That day's snapshot? That's the day Haidi was murdered. Like so many other journalists killed in Nouri's Iraq, the killer was never found -- mainly because no one ever made a point to look for a killer to begin with.
Did Black Agenda Report cover his murder?
No, they did not.
They didn't cover the hunting of Iraq's LGBTQ community. Nouri's 'acting' Minister of the Interior helped with that on Nouri's orders. Young men and boys who were gay or wrongly thought to be gay were targeted. Death didn't come easy to those killed. To cite two popular examples for ways to murder, some were beaten to pulp with bricks, some had their anuses super glued. This was barbaric not just in that innocents were being killed -- being gay is as normal as being straight -- but in the way they were being killed -- slowly and painfully in an effort to inflict the most pain possible.
Does Glen want to explain why that was?
Better yet, can he?
Nouri's flunkies went into high schools and middle schools handing out pamphlets about how awful these people were -- they had same-sex sex, they were vampires, they were this, they were that. (Of course Nouri and his flunkies denied it -- but both Al Mada and Alsumaria got ahold of the handouts the Ministry of Interior was distributing to children.)
What Nouri's gotten away with? War Crimes.
Has Black Agenda Report objected even once to the bombing of Falluja's residential neighborhoods? We all know that collective punishment is a legally defined War Crime. But since the start of this year, Nouri has daily attacked and left wounded and dead numerous civilians whose only 'crime' was to live in Falluja.
I like Glen and think he's an important voice.
I also he's a very sad person if he can't, for even one moment, think of the Iraqi people.
The Pope Tweeted a popular message today:
I thank all those who are courageously helping our brothers and sisters in Iraq.
Reuters notes Pope Francis wrote a letter to United Nations Secretary-General Ban Ki-moon today which stated, among other things, "I write to you, Mr. Secretary General, and place before you the tears, the suffering and the heartfelt cries of despair of Christians and other religious minorities of the beloved land of Iraq."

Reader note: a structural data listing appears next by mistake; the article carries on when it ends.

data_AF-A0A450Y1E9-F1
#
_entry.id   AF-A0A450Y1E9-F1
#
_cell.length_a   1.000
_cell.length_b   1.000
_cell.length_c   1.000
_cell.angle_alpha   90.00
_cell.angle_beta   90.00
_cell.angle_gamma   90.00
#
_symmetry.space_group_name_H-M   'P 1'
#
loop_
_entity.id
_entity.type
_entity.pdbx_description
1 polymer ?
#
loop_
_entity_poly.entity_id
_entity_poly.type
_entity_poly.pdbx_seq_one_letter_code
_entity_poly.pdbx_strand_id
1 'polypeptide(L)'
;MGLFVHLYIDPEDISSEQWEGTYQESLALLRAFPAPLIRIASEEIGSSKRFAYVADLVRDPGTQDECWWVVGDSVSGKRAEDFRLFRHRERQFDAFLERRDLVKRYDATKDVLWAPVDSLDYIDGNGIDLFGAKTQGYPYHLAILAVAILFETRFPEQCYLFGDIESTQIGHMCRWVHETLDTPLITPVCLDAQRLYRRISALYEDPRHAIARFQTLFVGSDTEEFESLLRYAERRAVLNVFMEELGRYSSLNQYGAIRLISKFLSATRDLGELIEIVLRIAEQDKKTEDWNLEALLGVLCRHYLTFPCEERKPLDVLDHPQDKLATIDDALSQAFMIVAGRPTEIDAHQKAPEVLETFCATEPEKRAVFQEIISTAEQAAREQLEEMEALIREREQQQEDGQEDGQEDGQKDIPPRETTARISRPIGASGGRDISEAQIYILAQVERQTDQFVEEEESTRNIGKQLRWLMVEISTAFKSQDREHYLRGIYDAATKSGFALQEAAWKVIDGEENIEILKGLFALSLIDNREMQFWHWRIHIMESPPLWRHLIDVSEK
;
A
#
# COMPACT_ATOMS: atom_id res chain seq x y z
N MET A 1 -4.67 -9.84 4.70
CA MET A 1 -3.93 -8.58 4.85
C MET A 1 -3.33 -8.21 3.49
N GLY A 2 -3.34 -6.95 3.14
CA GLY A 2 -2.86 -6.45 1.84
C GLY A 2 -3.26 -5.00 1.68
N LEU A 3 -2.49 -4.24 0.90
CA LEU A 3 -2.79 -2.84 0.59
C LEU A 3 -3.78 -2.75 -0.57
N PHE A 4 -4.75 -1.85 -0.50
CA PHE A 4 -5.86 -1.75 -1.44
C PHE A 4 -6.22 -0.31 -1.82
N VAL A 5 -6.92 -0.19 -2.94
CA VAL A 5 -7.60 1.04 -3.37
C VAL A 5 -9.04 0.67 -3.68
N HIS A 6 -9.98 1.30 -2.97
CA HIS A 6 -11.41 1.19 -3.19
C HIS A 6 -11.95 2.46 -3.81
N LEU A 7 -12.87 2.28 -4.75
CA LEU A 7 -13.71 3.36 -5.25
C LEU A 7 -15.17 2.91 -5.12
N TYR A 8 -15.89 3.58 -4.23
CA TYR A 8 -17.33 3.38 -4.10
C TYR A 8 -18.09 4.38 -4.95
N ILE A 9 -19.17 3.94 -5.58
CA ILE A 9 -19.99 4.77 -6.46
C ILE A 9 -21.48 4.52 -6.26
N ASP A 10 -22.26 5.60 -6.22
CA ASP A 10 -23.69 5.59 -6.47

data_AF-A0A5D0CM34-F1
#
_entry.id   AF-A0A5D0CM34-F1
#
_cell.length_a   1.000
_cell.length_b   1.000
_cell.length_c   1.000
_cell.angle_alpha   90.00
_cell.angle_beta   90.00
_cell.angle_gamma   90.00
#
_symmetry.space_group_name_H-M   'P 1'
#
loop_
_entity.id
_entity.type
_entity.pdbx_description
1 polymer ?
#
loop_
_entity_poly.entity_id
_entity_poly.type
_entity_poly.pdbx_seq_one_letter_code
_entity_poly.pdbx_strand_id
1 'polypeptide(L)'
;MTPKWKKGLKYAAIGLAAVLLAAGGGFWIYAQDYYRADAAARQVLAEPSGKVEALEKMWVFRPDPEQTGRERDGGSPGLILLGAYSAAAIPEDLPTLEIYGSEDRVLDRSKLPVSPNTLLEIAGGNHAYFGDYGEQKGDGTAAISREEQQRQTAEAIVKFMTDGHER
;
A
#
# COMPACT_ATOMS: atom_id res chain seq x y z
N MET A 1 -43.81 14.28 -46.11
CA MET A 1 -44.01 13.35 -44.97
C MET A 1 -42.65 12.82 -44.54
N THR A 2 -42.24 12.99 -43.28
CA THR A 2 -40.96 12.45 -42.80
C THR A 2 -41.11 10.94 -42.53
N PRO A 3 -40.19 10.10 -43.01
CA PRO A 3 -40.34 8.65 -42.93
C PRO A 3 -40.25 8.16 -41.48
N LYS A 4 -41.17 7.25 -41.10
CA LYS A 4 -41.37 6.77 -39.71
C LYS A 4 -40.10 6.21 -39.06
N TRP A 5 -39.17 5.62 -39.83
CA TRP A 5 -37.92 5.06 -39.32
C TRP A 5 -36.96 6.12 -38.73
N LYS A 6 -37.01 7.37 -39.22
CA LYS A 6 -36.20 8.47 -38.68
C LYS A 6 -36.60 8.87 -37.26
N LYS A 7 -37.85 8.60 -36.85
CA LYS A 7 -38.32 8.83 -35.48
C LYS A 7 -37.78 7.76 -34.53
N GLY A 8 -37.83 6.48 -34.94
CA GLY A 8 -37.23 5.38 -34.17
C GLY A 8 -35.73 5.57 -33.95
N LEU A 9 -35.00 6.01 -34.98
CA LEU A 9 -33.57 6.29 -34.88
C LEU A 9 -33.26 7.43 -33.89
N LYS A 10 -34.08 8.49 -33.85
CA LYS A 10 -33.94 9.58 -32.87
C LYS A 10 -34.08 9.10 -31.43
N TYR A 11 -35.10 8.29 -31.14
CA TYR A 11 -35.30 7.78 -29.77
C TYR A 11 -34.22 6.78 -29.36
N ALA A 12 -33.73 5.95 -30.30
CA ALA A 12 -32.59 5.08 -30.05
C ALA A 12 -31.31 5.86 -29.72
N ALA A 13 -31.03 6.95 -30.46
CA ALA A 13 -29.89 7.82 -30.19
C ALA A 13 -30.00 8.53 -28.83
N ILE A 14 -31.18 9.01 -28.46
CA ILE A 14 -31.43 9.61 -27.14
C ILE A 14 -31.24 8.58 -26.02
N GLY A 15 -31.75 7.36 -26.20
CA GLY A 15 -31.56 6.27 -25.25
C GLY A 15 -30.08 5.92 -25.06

Nouri is a thug and they had to endure 8 years of him.
US President Barack Obama pulled the US government's support.
I wish Barack had done that in 2010 -- when Nouri lost the election -- but I don't for one moment think doing it now didn't make a difference.
I also have no problem praising Barack for taking that step.
If he used the rest of his final term to do similar things, I'd praise him for that as well.
I wouldn't bet on it.
I support the air drops of food, water, etc for the Yazidis trapped on Mount Sinjar. They are victims and relief missions are something every nation could do and take part in.
Barack's taken that beyond air drops. And today the Defense Dept issued the following:
Release No: NR-427-14
August 13, 2014
August 13, 2014
Statement by Pentagon Press Secretary Rear Admiral John Kirby
As part of the ongoing humanitarian efforts ordered by President Obama, today a team of U.S. military personnel, accompanied by USAID, conducted an assessment of the situation on Mt. Sinjar and the impact of U.S. military actions to date. The team, which consisted of less than twenty personnel, did not engage in combat operations and all personnel have returned safely to Irbil by military air. The team has assessed that there are far fewer Yazidis on Mt. Sinjar than previously feared, in part because of the success of humanitarian air drops, air strikes on ISIL targets, the efforts of the Peshmerga and the ability of thousands of Yazidis to evacuate from the mountain each night over the last several days. The Yazidis who remain are in better condition than previously believed and continue to have access to the food and water that we have dropped. Based on this assessment the interagency has determined that an evacuation mission is far less likely. Additionally, we will continue to provide humanitarian assistance as needed and will protect U.S. personnel and facilities.
The mission Barack's now having US troops carry out in terms of the Yazidis is riskier than air drops but air drops are risky as well. I'm sure Alissa J. Rubin knew that long ago but it was certainly made clear Tuesday when the Kurdish helicopter the New York Times reporter was on crashed after dropping aid and attempting to rescue some Yazidis.
Rubin walked away with painful injuries (broken wrists are painful), Yazidi MP Vian Dakhil was injured, the pilot died and a few more passengers who haven't been named yet were left injured. The pilot hasn't been named either.
We noted this Tweet last week from the Financial Times' Borzou Daragahi:
You don't need to understand Arabic to be moved by
#Iraq lawmaker breaking down in tears describing Yazidi plight http://english.alarabiya.net/en/webtv/reports/2014/08/06/Iraqi-politician-breaks-down-in-parliament-urges-solidarity.html …
The MP he was Tweeting about was Vian Dakhil.
I don't support fly over bombings -- nor do I believe for one minute that the bombs being dropped from the air means the US is not in 'combat' in Iraq.
I do not support more US troops going into Iraq (or any being there other than to guard US embassy staff -- which Marines do around the world). All Iraq News notes, "About 130 American military advisers have arrived in Iraq to help with its humanitarian aid in north area of the country, U.S. Defense Secretary Chuck Hagel said in a press statement." The number of US troops in Iraq keeps increasing. That's not a good thing to those of us opposed to war.